# Mortgage payoff calculator (intro to amortization)

*In this post, we’ll explain what “amortization” means and provide a mortgage payoff calculator to show the amortization schedule for any fixed-rate mortgage.*

The term “amortization” refers to the process by which a loan’s balance is paid down over time. In the case of a mortgage, there is one payment for each month of the loan term (say 30 years). Each time the borrower makes a payment, the loan balance is reduced, thereby amortizing the loan. After the full term, the loan has been completely amortized and the balance is $0.

To see how this works, try this interactive tool. We also provide a basic example and explain how the amortization schedule is calculated below.

## Mortgage payoff calculator

Select loan term, loan amount, and interest rate to view the amortization schedule. You can view the graph by monthly payment (broken down into principal and interest) or total loan balance. The table provides the full amortization schedule for the selected year.^{1}

Click anywhere on the graph or select a different year to see the detailed payment amounts for that time in the loan term.

## A basic example of amortization

Let’s say you take out a 30-year fixed-rate mortgage in the amount of $500,000, with a 3.500% interest rate. The amortization schedule calls for you to make 360 monthly payments of exactly $2,245.22.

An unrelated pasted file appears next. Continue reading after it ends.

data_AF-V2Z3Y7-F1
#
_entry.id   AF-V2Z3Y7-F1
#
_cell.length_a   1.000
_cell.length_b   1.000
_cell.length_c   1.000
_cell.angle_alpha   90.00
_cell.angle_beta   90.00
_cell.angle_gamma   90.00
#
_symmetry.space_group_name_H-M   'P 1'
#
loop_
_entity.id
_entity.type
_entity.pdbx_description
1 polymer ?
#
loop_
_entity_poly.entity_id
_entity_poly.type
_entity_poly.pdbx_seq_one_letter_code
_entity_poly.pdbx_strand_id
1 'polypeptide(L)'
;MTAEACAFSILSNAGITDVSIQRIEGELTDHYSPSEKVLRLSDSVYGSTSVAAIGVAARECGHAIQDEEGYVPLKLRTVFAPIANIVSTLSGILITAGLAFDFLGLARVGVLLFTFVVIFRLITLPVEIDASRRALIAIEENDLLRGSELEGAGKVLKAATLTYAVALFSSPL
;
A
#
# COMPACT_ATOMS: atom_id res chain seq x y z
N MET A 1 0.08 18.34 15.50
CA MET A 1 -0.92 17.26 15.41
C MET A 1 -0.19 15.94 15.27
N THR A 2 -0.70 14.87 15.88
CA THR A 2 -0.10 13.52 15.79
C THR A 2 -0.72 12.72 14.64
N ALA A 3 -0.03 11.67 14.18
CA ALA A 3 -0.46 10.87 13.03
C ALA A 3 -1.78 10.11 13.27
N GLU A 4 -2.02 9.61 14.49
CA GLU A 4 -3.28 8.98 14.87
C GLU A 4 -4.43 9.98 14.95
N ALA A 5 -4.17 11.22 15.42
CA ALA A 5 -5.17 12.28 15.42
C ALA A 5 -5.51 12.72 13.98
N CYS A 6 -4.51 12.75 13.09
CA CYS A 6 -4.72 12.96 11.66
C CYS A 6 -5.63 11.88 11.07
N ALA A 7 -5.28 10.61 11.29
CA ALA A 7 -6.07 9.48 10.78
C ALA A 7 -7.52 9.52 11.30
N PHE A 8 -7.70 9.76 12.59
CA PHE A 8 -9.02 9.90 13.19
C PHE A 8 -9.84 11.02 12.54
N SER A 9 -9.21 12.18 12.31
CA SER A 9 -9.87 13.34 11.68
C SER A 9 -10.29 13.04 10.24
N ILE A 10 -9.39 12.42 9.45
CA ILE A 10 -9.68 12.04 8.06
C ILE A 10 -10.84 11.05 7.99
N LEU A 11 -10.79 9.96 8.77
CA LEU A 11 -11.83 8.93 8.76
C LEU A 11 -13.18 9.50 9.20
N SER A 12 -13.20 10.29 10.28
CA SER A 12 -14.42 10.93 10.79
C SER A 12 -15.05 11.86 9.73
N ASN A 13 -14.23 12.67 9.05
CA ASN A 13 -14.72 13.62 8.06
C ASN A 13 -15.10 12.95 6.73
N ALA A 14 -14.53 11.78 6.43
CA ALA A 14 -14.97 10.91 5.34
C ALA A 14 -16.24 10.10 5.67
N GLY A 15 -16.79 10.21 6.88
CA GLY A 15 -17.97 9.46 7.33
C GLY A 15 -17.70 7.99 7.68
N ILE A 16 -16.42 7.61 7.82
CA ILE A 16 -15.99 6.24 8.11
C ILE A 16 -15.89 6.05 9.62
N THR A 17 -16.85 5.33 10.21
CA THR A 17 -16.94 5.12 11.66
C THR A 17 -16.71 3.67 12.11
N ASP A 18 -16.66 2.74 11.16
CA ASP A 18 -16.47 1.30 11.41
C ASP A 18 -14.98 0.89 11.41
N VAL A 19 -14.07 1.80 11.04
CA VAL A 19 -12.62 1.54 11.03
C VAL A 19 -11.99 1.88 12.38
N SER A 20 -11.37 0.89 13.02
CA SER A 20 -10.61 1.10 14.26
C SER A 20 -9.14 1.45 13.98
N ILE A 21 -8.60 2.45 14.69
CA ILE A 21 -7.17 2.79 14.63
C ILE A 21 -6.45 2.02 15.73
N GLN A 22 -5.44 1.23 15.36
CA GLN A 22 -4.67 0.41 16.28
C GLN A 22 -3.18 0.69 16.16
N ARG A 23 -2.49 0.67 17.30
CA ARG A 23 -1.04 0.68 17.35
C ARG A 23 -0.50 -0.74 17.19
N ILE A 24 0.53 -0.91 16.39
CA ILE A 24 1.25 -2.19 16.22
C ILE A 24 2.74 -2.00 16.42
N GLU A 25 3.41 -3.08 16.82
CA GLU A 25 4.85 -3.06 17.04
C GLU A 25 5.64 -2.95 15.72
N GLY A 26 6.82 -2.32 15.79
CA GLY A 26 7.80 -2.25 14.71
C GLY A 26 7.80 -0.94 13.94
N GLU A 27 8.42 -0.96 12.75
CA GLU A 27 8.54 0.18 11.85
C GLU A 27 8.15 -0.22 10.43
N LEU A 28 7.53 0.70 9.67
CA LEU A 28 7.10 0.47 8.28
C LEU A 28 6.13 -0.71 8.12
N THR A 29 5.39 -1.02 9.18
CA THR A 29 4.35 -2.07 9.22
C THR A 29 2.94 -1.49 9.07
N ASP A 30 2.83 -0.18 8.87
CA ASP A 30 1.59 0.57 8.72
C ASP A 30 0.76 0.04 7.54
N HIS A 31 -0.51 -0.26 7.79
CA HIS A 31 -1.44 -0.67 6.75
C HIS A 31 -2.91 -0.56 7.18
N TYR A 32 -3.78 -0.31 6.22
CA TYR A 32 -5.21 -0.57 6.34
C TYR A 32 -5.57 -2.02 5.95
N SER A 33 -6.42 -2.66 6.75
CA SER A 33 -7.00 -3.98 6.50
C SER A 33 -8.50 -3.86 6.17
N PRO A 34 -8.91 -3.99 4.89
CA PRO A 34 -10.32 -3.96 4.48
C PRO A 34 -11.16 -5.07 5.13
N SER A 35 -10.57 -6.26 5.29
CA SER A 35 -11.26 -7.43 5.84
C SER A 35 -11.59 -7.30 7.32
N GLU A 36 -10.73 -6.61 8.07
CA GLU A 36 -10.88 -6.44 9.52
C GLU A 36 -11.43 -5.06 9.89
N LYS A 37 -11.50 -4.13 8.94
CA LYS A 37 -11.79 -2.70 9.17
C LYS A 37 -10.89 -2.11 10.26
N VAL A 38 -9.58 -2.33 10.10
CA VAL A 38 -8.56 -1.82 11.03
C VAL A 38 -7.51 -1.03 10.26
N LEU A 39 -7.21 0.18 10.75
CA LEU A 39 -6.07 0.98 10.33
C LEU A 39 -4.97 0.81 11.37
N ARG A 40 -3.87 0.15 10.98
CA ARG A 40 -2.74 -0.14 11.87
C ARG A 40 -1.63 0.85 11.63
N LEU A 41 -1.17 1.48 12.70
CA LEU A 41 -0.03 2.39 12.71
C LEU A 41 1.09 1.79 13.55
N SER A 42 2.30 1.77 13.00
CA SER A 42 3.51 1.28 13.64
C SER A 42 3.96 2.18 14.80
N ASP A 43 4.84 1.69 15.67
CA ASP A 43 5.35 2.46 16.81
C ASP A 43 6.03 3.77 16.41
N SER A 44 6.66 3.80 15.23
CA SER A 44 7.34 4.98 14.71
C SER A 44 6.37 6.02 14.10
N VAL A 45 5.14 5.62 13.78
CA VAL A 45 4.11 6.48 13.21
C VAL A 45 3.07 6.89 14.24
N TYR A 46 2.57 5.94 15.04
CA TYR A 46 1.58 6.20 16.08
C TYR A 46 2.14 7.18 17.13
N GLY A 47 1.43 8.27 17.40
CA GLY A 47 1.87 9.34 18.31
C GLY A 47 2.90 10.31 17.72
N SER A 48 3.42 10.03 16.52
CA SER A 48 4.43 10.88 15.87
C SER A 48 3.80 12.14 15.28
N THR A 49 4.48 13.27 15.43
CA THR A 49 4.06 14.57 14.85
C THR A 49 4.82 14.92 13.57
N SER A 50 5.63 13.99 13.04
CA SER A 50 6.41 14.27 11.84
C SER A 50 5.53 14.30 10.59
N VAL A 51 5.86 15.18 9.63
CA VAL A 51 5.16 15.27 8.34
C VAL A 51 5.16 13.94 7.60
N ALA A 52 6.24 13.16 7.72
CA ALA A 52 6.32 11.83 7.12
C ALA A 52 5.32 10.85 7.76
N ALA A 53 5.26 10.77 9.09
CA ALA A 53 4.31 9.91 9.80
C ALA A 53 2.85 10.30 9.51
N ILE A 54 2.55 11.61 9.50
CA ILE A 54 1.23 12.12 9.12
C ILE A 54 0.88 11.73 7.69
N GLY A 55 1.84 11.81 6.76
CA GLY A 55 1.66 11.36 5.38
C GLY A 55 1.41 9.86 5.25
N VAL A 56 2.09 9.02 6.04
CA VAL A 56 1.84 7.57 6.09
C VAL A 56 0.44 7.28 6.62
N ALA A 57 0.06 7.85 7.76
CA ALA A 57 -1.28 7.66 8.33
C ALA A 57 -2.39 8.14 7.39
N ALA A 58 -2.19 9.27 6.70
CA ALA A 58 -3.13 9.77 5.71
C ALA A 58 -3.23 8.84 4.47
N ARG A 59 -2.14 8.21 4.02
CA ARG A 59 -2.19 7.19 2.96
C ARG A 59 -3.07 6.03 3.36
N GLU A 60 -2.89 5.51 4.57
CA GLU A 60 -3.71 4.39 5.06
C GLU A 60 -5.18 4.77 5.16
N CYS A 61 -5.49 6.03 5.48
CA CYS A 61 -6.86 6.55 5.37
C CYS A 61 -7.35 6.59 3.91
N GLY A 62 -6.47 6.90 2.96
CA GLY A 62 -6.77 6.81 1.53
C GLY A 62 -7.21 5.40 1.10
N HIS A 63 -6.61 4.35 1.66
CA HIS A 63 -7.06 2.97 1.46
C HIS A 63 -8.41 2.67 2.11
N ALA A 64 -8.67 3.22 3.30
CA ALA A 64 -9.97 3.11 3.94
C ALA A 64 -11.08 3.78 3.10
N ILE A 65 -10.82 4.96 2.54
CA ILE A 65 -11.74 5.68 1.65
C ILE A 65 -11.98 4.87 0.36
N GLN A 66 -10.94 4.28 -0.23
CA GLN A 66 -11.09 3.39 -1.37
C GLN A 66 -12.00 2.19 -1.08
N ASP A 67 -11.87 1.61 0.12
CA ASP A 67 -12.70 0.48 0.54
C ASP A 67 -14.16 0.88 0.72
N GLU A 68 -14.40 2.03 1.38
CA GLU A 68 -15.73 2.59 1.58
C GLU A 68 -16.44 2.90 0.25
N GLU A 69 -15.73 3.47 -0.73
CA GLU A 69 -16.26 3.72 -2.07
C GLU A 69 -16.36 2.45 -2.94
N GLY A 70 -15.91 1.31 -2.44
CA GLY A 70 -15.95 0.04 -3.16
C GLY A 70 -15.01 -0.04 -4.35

Each of those monthly mortgage payments comprises principal and interest. While the total payment amount never changes over the 30-year term, the amount of the payment that goes to principal goes up with each subsequent payment, and the amount that goes to interest goes down.

The reason for this is the amortization of the loan balance. At the start of the term, the loan balance is $500,000. The amount of interest you owe in the first month is based on 3.500% (annually) of that balance. Your first monthly payment breaks down to $786.89 principal and $1,458.33 interest.

Once you make this payment, your loan balance goes down to $499,213.11. Since you pay interest only on the balance, you owe less interest. Therefore, in your second payment, $789.19 goes to principal and $1,456.04 goes to interest.

Each month, you chip away at the loan balance, with more money going to principal and less going to interest than the previous month. After 359 payments, $2,238.69 of your final payment will go to principal, and only $6.53 to interest, and your loan is fully amortized.

## Amortization schedule formula

The amortization schedule for a fixed interest loan provides a month-by-month breakdown of:

- The monthly payment amount (stays the same each month)
- The amount that goes to principal (goes up each month)
- The amount that goes to interest (goes down each month)
- The loan balance (goes down each month)

In case you’re interested in how this is calculated, here is the formula:

$$A = \frac{B \cdot r}{1 - (1 + r)^{-n}}$$

Where:

- \(A\) = total monthly payment
- \(B\) = current loan balance
- \(r\) =
*monthly*interest rate – e.g., if your rate is 3.5% then \(r = 3.5/100/12 \approx 0.002917\) - \(n\) = number of remaining months

Since the numbers will not end up being even cents, rounding adds some more complexity.

Every rate quote will include your monthly payment amount, and provide the info you need to calculate your amortization schedule.

The calculator is provided for demonstrative purposes only. ↩